Art critic Michael Peppiatt’s experiment En el Taller de Giacometti (In the workshop of Giacometti) offers us a pertinent path to take in the ‘Disciplinary Society’ project by the Peruvian photographer Cesar Delgado Wixan who resides in France. In this, his most recent work, the artist seeks to give visibility to the most intimate moments of the penitential experience. During 2014 and 2015 he photographed, two of the most emblematic prisons: Santa Ana (Avignon, France) and San Jorge (Lima, Peru). Today, these places no longer function as prisons as they have become contemporary archaeological ruins, in spaces sensitive to the current photo production.
Delgado Wixan’s work seems to obey a primary impetus of documentary, which never ceases to be true. However his eyes go farther beyond, revealing a visual dynamic insofar as the various forms of expression made by inmates inside their cells. As Peppiat thoroughly details along the passages of his essay, En el Taller de Giacometti which the artist occupied for almost 4 decades, the workshop becomes a work of art in itself, awash with objects and materials, on whose walls pictures, sketches, paintings, murals and inscriptions are embodied, and more profoundly, linked to the most intimate feelings of the sculptor. Consequently Delgado Wixan’s photographs reveal that small yet immense world that prisoners create inside the four walls that they inhabit, thereby providing a huge weight as diverse associations and connections. The cell is the nuclear axis out of whose solitude the prisoners develop highly personal forms of expression and communication, either via premonitory intentions (reminiscent of rock art) or simply for aesthetic enjoyment.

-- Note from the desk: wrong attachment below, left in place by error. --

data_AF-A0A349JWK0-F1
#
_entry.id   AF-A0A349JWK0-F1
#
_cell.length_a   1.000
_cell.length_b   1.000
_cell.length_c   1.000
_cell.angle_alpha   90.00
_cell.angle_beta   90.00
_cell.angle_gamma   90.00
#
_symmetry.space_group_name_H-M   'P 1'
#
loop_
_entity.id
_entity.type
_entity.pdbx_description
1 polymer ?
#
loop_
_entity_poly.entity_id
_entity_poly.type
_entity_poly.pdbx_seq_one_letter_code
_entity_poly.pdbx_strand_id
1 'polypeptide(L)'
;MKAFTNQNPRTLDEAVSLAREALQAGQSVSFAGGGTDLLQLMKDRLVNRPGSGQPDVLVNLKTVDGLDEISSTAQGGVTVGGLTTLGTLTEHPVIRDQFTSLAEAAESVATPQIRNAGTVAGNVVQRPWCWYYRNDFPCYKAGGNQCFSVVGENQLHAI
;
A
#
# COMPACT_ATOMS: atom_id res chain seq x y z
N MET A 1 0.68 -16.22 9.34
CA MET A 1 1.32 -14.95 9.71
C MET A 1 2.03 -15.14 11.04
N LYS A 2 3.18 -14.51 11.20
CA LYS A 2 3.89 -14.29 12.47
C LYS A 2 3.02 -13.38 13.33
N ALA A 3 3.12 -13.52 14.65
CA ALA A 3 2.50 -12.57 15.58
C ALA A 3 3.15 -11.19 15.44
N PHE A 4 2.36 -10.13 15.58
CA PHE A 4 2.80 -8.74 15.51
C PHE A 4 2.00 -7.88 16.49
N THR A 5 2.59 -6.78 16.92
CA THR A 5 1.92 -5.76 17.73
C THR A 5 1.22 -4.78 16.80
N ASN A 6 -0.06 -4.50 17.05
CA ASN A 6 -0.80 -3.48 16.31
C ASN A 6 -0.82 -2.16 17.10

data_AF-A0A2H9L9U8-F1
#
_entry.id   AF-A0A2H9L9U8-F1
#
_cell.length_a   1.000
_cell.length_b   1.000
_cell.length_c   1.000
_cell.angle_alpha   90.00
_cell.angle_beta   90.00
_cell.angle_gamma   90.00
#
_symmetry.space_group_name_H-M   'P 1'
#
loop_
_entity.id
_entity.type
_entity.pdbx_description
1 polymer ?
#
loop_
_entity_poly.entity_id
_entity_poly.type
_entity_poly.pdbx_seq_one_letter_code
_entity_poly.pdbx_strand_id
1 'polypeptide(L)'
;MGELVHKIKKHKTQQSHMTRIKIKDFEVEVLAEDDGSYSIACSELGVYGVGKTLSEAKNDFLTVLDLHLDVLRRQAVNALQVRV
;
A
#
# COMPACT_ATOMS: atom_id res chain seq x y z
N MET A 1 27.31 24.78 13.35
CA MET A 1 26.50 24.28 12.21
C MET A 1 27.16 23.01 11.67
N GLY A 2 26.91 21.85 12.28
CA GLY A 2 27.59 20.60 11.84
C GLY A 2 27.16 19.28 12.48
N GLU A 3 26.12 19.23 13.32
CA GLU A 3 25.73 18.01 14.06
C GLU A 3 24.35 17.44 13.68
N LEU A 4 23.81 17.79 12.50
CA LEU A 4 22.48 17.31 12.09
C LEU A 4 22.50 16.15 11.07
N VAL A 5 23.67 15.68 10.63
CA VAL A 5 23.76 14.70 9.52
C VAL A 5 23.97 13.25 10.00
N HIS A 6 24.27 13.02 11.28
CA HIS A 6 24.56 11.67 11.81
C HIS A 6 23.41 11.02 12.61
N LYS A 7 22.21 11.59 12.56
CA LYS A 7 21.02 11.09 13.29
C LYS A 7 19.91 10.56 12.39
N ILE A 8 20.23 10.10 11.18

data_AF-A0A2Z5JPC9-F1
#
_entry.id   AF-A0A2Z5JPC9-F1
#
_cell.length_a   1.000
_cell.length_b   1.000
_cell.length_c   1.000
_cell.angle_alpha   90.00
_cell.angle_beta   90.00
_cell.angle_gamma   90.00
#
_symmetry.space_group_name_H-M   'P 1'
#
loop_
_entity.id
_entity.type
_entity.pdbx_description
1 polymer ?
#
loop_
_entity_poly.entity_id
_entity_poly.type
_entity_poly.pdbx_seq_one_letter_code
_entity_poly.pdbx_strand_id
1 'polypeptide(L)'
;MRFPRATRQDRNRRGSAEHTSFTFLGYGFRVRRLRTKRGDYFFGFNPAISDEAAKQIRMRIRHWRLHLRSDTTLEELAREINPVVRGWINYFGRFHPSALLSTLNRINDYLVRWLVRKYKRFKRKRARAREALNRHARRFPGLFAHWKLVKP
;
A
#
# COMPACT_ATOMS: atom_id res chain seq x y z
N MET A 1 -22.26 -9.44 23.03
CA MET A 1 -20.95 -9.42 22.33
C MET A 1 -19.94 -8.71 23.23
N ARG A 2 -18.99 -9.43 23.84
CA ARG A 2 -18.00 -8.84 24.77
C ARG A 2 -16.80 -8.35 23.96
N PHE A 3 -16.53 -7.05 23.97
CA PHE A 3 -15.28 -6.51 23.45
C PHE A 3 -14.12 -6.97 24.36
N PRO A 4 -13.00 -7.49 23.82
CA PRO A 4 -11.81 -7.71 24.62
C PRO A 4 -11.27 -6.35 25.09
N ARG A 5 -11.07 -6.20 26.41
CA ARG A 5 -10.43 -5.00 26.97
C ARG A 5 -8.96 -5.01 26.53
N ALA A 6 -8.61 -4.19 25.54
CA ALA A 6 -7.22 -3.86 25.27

The memory is also suggested in Disciplinary Society. Delgado Wixan images give us the chance to evoke those "diminutive" worlds, appealing to a memory, that is perhaps of another, but nevertheless possible. Peppiat plays off against that narrated in his well-known essay, where he shares one of his experiences in the summer of 1978:
It was during Alberto Giacometti’s retrospective in the Maeght Foundation in Saint-Paul-de-Vence. Visiting the exhibition, I found myself in front of a few pieces of walls belonging to the workshop of Giacometti, covered with strokes made by the artist […]. I had the impression of entering a large open tomb, erected to the memory of a deceased from Pharaonic times.
In Disciplinary Society there is no Wall and not even a Pharaoh; however, photography prevails together with the testimony of the individual.
Exhibition held at Alliance Francaise (Lima).
Text published in catalogue.